China and Inner Asia
It’s almost half a century that sexual minorities are excluded from mental illnesses by WHO. However, sexual and gender minority people in China still live in the shadows, with only 5% of them willing to live their diversity openly. There is very low visibility for minorities in the media, especially on traditional mass media.
Whereas the audiovisual industry gave shadow to this group more than a century ago. With Vingarne born in 1916, the image of sexual minorities presented on media varies and in turn influences the social cognition towards it. After Seek McCartney was officially approved by China’s government as the first sexual minorities film in 2015, these images began to show up on China’s media.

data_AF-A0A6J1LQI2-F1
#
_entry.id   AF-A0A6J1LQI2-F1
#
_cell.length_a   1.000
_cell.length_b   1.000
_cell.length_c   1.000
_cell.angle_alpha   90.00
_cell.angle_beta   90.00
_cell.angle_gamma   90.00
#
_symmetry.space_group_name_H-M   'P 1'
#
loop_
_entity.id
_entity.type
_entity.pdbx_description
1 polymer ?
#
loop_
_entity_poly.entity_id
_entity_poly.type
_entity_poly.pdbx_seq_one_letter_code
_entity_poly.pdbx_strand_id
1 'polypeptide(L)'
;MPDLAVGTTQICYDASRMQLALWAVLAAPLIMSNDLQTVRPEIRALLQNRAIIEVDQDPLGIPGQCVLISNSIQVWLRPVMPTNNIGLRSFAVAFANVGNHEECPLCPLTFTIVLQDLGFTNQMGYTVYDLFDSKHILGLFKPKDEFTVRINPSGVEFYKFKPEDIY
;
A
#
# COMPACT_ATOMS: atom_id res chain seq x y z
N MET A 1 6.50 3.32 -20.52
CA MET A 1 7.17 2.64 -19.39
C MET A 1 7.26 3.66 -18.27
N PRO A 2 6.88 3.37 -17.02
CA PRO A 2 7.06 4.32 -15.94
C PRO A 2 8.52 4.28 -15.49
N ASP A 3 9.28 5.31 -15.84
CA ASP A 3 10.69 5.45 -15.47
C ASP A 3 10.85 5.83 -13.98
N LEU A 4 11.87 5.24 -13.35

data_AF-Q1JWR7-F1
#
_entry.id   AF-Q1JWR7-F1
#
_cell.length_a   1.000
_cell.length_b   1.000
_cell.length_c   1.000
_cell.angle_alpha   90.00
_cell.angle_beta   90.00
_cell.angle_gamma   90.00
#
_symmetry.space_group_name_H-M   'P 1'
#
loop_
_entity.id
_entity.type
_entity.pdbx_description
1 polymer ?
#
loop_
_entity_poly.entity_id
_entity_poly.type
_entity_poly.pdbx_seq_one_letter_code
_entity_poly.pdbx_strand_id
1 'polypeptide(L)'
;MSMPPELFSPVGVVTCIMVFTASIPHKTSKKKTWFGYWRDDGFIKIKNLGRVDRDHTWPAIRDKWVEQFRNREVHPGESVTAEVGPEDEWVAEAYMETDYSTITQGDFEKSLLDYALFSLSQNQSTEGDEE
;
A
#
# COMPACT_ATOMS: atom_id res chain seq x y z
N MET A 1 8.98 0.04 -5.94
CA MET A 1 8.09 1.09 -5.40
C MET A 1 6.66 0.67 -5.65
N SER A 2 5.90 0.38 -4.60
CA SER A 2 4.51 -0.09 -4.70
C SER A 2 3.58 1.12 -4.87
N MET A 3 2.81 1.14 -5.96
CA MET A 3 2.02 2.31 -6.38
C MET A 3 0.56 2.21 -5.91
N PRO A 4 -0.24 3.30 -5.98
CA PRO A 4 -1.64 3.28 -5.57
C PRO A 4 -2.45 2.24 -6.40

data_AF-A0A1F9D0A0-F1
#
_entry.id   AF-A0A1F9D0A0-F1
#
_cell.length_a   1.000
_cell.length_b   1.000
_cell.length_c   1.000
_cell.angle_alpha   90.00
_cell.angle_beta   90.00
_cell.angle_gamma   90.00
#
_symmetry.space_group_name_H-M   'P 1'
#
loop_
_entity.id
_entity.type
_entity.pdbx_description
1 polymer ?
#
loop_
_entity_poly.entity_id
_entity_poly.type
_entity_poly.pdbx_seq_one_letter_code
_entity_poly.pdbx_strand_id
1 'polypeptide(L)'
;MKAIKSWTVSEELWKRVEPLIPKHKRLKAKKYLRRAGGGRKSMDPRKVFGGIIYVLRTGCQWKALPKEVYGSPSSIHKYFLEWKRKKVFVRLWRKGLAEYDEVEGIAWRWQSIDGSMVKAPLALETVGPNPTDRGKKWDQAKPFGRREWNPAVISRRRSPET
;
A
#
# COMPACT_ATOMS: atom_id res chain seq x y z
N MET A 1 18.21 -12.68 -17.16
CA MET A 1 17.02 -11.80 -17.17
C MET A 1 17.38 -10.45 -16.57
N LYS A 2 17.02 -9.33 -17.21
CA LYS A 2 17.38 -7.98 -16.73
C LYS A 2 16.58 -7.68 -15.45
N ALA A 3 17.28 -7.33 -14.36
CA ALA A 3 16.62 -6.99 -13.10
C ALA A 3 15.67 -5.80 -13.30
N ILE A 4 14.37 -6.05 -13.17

This paper chooses films and dramas produced from 2015 to 2018 in China’s mainland, to figure out what the sexual minority images are, how audiences understand them both in productions and in real life and what effect they can have on college students for their high threshold on identifications and natural intimacy to the Internet which gives them access to these productions. Therefore, context analysis and audience survey including questionnaires, in-depth interview and laboratory experiment are used to shed light on the issue.
Further studies may reveal that audiovisual productions can be an effective way to let the audiences, whether they’re sexual minorities or not, obtain the Self in the mirror of the sexual minorities as the other.